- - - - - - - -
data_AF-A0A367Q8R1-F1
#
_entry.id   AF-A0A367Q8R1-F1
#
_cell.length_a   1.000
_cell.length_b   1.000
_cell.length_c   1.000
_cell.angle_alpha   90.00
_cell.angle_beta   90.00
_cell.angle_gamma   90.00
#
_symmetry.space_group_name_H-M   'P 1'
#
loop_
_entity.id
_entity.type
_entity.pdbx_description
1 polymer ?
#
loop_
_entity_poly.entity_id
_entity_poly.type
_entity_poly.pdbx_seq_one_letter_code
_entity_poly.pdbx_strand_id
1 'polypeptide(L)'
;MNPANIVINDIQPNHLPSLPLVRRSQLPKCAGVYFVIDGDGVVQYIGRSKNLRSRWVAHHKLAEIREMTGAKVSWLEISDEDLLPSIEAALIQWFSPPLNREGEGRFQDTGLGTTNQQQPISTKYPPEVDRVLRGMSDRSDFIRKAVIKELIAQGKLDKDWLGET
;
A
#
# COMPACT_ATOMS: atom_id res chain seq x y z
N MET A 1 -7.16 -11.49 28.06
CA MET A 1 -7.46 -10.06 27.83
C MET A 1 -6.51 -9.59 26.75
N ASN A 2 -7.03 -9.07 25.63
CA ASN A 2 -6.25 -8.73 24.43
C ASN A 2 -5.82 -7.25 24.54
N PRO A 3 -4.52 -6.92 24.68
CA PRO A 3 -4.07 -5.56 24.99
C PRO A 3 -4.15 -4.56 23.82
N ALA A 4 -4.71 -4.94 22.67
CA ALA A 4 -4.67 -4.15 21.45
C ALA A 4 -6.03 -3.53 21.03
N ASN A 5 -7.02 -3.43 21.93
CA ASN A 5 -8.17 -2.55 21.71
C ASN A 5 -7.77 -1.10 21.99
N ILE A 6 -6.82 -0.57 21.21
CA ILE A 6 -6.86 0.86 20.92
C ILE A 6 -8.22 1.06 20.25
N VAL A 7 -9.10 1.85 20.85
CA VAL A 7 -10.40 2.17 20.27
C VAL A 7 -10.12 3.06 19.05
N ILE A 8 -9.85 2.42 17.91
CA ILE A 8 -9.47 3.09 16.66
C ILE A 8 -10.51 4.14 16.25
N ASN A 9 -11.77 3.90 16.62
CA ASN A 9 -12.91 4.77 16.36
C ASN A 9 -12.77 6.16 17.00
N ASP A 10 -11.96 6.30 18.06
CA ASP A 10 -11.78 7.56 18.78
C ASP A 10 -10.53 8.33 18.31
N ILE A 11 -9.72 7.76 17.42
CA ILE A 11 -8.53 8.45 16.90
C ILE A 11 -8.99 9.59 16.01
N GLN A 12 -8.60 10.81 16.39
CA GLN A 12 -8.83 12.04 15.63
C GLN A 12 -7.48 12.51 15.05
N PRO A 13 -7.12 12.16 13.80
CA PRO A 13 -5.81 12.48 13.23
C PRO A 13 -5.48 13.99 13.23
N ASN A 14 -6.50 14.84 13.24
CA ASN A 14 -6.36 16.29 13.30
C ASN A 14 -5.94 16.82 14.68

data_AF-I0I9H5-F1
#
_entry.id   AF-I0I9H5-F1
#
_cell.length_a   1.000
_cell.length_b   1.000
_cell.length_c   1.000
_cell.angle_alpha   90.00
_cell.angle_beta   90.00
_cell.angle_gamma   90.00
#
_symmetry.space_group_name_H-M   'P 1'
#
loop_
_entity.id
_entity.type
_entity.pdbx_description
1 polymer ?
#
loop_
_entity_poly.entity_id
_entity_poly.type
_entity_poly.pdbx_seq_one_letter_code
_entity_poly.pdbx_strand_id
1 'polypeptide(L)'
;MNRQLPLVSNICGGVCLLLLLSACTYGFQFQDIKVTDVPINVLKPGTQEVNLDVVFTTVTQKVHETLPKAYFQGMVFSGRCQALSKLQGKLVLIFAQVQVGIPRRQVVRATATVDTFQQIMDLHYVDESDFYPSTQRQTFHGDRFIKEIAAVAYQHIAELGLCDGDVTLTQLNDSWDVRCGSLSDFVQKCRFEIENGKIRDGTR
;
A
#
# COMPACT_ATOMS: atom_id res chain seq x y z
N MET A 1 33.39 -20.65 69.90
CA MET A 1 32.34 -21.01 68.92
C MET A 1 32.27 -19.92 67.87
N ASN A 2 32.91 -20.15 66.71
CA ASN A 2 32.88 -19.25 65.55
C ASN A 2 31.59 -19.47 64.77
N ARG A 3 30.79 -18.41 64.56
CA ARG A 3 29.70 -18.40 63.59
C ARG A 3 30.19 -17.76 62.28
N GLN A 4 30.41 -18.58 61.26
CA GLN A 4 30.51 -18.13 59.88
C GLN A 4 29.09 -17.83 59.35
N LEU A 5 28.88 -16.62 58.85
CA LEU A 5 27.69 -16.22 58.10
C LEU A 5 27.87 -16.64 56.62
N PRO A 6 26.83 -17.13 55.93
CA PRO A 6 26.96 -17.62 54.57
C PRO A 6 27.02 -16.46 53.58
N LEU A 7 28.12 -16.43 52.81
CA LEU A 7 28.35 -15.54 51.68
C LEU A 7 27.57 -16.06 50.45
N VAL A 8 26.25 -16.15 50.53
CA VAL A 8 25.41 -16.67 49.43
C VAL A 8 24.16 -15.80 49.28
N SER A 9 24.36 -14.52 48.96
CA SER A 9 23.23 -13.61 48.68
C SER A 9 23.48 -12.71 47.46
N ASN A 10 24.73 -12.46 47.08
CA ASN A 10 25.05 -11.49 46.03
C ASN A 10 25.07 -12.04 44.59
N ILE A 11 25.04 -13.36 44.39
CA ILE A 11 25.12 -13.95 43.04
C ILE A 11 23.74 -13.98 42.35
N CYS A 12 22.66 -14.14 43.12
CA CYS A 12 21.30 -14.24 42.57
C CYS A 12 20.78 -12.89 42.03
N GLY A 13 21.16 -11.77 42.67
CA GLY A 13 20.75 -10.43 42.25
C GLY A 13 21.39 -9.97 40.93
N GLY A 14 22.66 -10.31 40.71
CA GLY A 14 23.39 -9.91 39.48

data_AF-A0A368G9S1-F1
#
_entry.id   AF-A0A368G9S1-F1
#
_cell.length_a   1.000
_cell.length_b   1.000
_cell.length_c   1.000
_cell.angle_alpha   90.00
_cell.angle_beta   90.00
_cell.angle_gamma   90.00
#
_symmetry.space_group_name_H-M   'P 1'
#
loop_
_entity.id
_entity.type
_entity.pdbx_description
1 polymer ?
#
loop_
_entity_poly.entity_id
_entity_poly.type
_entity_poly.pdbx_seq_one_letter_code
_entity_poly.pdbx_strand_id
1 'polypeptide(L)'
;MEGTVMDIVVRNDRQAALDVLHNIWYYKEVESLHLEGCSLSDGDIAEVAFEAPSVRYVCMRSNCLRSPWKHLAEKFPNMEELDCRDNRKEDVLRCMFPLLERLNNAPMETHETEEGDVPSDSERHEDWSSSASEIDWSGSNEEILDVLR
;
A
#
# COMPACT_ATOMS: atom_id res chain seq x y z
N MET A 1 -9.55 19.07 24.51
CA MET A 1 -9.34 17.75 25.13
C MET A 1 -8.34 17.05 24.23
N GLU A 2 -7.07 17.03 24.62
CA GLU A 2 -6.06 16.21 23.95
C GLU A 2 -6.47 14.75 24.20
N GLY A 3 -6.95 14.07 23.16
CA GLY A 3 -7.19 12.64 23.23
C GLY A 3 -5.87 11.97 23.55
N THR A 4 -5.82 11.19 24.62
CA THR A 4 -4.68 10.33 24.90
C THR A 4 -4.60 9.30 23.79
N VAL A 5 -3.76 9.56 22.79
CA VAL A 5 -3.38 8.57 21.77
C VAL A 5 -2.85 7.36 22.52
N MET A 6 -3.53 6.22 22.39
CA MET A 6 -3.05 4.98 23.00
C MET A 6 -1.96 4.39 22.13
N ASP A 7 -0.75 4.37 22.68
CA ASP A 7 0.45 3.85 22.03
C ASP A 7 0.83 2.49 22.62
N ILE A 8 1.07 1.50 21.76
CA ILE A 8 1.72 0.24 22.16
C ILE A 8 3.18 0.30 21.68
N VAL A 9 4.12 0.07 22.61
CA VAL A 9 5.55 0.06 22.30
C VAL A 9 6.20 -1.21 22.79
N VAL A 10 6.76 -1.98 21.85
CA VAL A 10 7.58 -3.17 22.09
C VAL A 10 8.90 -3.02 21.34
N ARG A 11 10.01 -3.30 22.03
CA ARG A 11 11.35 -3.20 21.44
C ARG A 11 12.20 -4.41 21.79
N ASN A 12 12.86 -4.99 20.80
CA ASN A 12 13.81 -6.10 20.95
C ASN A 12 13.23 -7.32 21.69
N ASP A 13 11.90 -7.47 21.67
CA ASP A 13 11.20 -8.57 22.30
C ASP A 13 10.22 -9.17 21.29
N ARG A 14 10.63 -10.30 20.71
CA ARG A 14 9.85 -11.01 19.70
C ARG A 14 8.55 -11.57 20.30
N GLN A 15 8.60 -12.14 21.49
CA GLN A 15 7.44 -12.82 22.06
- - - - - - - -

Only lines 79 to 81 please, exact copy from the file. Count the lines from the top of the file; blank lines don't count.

_cell.length_c   1.000
_cell.angle_alpha   90.00
_cell.angle_beta   90.00